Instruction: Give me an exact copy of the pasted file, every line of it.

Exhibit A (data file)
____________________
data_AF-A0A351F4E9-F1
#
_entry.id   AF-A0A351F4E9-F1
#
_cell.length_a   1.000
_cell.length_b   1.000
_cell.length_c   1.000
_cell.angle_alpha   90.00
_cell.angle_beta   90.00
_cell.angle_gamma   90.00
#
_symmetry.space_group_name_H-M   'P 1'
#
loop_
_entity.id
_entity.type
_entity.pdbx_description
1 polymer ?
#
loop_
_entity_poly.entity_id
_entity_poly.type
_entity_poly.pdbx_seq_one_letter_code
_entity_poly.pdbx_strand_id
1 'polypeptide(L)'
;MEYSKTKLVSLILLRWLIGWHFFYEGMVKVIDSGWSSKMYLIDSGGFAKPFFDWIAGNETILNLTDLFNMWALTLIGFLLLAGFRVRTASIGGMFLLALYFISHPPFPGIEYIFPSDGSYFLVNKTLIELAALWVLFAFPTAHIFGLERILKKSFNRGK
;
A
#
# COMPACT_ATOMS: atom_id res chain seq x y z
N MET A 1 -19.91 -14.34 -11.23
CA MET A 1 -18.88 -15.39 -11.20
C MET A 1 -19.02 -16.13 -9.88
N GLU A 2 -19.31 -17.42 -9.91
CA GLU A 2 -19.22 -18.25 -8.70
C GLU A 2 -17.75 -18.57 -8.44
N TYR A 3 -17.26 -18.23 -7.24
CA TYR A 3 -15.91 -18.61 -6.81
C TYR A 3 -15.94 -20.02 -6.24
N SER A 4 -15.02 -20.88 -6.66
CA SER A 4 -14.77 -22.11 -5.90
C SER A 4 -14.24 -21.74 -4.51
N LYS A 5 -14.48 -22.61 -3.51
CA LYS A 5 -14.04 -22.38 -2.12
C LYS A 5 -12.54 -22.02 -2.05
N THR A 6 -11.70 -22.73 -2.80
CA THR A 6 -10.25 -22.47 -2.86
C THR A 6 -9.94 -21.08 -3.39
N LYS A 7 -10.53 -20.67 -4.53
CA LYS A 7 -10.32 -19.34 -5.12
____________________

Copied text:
data_AF-A0A351F4E9-F1
#
_entry.id   AF-A0A351F4E9-F1
#
_cell.length_a   1.000
_cell.length_b   1.000
_cell.length_c   1.000
_cell.angle_alpha   90.00
_cell.angle_beta   90.00
_cell.angle_gamma   90.00
#
_symmetry.space_group_name_H-M   'P 1'
#
loop_
_entity.id
_entity.type
_entity.pdbx_description
1 polymer ?
#
loop_
_entity_poly.entity_id
_entity_poly.type
_entity_poly.pdbx_seq_one_letter_code
_entity_poly.pdbx_strand_id
1 'polypeptide(L)'
;MEYSKTKLVSLILLRWLIGWHFFYEGMVKVIDSGWSSKMYLIDSGGFAKPFFDWIAGNETILNLTDLFNMWALTLIGFLLLAGFRVRTASIGGMFLLALYFISHPPFPGIEYIFPSDGSYFLVNKTLIELAALWVLFAFPTAHIFGLERILKKSFNRGK
;
A
#
# COMPACT_ATOMS: atom_id res chain seq x y z
N MET A 1 -19.91 -14.34 -11.23
CA MET A 1 -18.88 -15.39 -11.20
C MET A 1 -19.02 -16.13 -9.88
N GLU A 2 -19.31 -17.42 -9.91
CA GLU A 2 -19.22 -18.25 -8.70
C GLU A 2 -17.75 -18.57 -8.44
N TYR A 3 -17.26 -18.23 -7.24
CA TYR A 3 -15.91 -18.61 -6.81
C TYR A 3 -15.94 -20.02 -6.24
N SER A 4 -15.02 -20.88 -6.66
CA SER A 4 -14.77 -22.11 -5.90
C SER A 4 -14.24 -21.74 -4.51
N LYS A 5 -14.48 -22.61 -3.51
CA LYS A 5 -14.04 -22.38 -2.12
C LYS A 5 -12.54 -22.02 -2.05
N THR A 6 -11.70 -22.73 -2.80
CA THR A 6 -10.25 -22.47 -2.86
C THR A 6 -9.94 -21.08 -3.39
N LYS A 7 -10.53 -20.67 -4.53
CA LYS A 7 -10.32 -19.34 -5.12